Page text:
The termination of the Intermediate-Range Nuclear Forces (INF) Treaty, which was clinched by the US and then-USSR in December 1987, may lead to the deployment of new American missiles in the Asia-Pacific Region, according to an article published in Japan's Asahi newspaper.
The article claims that the scrapping of the INF Treaty will result in the US deploying its latest medium-range missiles on the island of Guam in the Pacific Ocean, as well as Japan and the Philippines, in the next seven years.
Under this scenario, Japan "will be at the forefront of the conflict between the United States and China", and will also become a target for strikes by possible enemies.
Asahi argued that apart from Chinese soil, Russia's Far East and parts of Siberia will also fall within the operational range of the new US missiles if they are deployed in Japan. This may have a negative impact on Russian-Japanese relations and negotiations on a bilateral peace treaty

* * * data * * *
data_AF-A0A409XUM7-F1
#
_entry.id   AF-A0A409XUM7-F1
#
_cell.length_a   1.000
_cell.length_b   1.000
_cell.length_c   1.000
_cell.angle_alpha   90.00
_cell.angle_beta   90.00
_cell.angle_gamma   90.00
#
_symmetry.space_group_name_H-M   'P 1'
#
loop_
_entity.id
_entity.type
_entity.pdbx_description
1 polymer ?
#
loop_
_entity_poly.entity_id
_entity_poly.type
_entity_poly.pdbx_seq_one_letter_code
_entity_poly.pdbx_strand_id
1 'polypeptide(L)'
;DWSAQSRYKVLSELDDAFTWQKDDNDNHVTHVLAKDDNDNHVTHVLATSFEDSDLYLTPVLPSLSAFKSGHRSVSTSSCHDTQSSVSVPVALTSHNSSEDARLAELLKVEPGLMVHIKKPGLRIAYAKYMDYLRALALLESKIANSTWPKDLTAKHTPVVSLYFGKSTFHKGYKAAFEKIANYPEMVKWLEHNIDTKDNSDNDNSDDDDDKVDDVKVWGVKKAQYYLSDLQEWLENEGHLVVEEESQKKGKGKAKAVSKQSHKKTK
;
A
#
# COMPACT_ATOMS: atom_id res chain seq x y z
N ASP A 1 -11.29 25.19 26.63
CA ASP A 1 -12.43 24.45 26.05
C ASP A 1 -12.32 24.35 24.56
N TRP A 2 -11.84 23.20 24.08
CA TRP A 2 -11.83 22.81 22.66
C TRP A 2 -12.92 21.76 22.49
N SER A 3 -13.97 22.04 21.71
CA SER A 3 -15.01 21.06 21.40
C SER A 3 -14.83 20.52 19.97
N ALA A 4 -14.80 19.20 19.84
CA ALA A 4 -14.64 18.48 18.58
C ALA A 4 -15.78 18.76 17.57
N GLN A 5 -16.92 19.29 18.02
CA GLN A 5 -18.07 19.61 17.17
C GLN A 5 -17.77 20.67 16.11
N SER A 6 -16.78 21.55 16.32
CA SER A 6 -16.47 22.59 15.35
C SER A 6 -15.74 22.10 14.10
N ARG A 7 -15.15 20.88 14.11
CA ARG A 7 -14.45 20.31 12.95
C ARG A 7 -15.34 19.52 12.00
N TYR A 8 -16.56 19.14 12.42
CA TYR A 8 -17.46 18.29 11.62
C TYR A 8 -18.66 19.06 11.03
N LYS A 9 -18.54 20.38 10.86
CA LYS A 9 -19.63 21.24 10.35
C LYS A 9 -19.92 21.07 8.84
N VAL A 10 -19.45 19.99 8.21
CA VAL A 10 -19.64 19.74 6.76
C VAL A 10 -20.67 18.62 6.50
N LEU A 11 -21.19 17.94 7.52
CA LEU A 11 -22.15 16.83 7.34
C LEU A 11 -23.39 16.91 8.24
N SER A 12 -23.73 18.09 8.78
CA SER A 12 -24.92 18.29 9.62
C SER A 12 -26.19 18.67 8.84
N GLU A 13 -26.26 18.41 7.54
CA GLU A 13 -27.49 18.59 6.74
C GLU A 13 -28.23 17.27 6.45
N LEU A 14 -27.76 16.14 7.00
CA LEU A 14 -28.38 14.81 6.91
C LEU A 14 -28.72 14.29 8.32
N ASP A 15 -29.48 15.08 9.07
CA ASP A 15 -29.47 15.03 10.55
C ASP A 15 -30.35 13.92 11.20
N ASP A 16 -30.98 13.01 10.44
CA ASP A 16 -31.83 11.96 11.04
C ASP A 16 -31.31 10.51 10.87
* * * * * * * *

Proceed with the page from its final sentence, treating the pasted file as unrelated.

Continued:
Referring to Beijing's increasing military clout, the article stressed the necessity of reviewing the INF Treaty so that it could also include China.
On Saturday, Russian President Vladimir Putin announced that Moscow would be suspending the INF Treaty following the US' decision to terminate the accord.
His statement came after US Secretary of State Mike Pompeo cited stated that Washington would suspend its obligations under the INF Treaty and begin a six-month withdrawal process.
The United States has repeatedly insisted that Russia's 9M729 missile violates the terms of the INF Treaty, an allegation that has been denied by Moscow.